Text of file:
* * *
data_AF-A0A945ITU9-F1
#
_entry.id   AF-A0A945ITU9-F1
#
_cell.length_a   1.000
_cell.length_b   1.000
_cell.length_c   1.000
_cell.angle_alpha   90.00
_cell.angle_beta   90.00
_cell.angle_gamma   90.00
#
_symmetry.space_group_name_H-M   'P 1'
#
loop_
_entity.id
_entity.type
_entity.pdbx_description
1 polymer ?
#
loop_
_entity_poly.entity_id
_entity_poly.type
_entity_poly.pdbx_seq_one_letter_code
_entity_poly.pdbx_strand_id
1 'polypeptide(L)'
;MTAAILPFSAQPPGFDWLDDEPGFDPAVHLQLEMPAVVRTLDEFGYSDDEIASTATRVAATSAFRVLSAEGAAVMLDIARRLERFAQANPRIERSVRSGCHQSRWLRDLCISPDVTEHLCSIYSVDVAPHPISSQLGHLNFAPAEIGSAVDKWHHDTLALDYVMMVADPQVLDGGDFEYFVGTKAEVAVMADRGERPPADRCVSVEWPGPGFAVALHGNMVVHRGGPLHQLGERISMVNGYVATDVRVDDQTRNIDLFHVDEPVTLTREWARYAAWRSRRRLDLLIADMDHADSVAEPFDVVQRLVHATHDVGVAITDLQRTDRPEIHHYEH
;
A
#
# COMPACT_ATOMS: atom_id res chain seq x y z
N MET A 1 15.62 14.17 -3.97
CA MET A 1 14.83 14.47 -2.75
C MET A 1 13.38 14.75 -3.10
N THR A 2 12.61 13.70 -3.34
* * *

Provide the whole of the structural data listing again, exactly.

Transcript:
data_AF-A0A945ITU9-F1
#
_entry.id   AF-A0A945ITU9-F1
#
_cell.length_a   1.000
_cell.length_b   1.000
_cell.length_c   1.000
_cell.angle_alpha   90.00
_cell.angle_beta   90.00
_cell.angle_gamma   90.00
#
_symmetry.space_group_name_H-M   'P 1'
#
loop_
_entity.id
_entity.type
_entity.pdbx_description
1 polymer ?
#
loop_
_entity_poly.entity_id
_entity_poly.type
_entity_poly.pdbx_seq_one_letter_code
_entity_poly.pdbx_strand_id
1 'polypeptide(L)'
;MTAAILPFSAQPPGFDWLDDEPGFDPAVHLQLEMPAVVRTLDEFGYSDDEIASTATRVAATSAFRVLSAEGAAVMLDIARRLERFAQANPRIERSVRSGCHQSRWLRDLCISPDVTEHLCSIYSVDVAPHPISSQLGHLNFAPAEIGSAVDKWHHDTLALDYVMMVADPQVLDGGDFEYFVGTKAEVAVMADRGERPPADRCVSVEWPGPGFAVALHGNMVVHRGGPLHQLGERISMVNGYVATDVRVDDQTRNIDLFHVDEPVTLTREWARYAAWRSRRRLDLLIADMDHADSVAEPFDVVQRLVHATHDVGVAITDLQRTDRPEIHHYEH
;
A
#
# COMPACT_ATOMS: atom_id res chain seq x y z
N MET A 1 15.62 14.17 -3.97
CA MET A 1 14.83 14.47 -2.75
C MET A 1 13.38 14.75 -3.10
N THR A 2 12.61 13.70 -3.34